To comply with requirements, in the early 2000s, Shabbat elevators became popular. They could be programmed to stop at every floor automatically so that riders don’t have to press buttons.
There are similar concerns about using electronic keys to enter hotel rooms. Sharaby said his Wyndham Dolce Kosher House Hotel — under construction with a scheduled opening date for next October — will have Bluetooth entrances on its 100 rooms, but residents can ask for a standard physical key to override the electronic one. And food on-site will be kosher.
“Anyone who's not Jewish can obviously enjoy the kosher flavor, which is no different than a non-kosher restaurant, besides just where we buy our meat and our products,” Sharaby said.
His hotel will also have a synagogue room dedicated for prayers.
“It's going to elevate the hotel experience significantly when someone who has Orthodox requirements can just have breakfast in bed and be fully kosher, and go down to a café and have it fully kosher,” said Joseph Landsberg, director of capital advisory for Franklin Street, who helped arrange financing for the hotel. “They can invite all their family for a dinner at the hotel and stay [at] the hotel and it's a completely different experience. It really adds a couple of extra stars to the experience that the Orthodox community will have.”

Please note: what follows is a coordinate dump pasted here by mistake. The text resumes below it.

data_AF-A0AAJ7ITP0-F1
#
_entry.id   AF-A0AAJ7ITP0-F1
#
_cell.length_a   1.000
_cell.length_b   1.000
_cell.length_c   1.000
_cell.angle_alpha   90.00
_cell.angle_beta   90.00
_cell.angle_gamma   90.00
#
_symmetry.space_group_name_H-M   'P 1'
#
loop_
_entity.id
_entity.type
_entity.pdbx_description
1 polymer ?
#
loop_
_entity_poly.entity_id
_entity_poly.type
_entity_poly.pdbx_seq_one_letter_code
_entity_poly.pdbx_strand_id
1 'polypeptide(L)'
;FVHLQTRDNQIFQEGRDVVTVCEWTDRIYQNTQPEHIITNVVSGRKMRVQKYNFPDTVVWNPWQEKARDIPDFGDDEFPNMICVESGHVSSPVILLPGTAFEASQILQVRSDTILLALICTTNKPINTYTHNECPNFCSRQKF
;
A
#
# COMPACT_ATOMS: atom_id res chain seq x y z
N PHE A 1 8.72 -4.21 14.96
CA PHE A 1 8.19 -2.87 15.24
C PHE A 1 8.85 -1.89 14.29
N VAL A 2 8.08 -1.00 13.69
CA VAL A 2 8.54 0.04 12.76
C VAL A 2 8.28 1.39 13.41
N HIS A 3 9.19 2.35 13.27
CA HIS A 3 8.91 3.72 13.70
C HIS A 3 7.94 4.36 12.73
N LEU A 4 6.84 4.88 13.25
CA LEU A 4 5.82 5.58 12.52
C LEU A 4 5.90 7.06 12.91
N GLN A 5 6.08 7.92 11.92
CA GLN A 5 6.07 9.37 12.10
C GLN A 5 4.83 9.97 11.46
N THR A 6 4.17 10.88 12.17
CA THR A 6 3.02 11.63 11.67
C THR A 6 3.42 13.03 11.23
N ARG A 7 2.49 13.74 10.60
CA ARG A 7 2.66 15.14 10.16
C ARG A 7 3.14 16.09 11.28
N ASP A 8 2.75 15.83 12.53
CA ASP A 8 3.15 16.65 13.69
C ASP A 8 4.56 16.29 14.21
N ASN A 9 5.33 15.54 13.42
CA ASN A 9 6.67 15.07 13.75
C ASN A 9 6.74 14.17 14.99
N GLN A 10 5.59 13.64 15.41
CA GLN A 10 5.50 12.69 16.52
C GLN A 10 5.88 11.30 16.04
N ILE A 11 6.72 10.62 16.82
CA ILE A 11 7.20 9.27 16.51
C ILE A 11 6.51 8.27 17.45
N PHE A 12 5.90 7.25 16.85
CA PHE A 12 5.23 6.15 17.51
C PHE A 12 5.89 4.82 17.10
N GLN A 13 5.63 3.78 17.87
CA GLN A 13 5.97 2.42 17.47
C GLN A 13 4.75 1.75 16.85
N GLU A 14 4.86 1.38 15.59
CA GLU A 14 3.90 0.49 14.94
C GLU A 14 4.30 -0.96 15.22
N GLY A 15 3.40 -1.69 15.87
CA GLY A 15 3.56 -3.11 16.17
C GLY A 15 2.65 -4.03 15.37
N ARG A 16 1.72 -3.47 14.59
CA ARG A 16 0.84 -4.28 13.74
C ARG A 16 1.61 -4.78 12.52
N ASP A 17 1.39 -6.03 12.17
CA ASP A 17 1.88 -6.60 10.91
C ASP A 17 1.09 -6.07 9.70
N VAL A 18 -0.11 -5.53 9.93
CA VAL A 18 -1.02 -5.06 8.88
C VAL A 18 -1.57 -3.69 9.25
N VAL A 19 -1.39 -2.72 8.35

Franklin Street’s Casey Crane, a chartered financial analyst with the firm’s Capital Advisory Team, also helped arrange the $10.2M loan for the property at the beginning of the coronavirus pandemic, when there was a cautionary lending environment for hospitality projects.
When considering financing for properties that cater to niche markets, it's important they're not excluding potential customers, he said.
“That's something that anybody in a hotel business has to be mindful of as they're looking at serving a specific community,” Crane said. “You can't do it to the detriment of the broader community. Especially in this market that we're in.”
Sharaby's project was attractive, Crane said, because it would be the first Wyndham Dolce in Florida and one of the only completely kosher luxury hotels in the world. Its location near the Seminole Hard Rock Hotel & Resort, which includes a casino and hosts conventions, makes it well-positioned to attract guests.
The city of Hollywood has approved three more casinos on 441, according to Sharaby, who expects the area to boom in coming years as a result. His other projects include a 5-star Wyndham Grand a block away, plus two nearby mixed-use projects with residential and retail, and a free trolley service that will take riders to the casino, hotels and shops.
Is gambling OK in the Orthodox community?
“Totally cool,” Sharaby said. “In the Jewish religion, if you gamble, you can't be a witness; that’s like the only thing. But God allows us to do everything. That's why he put it on the earth.”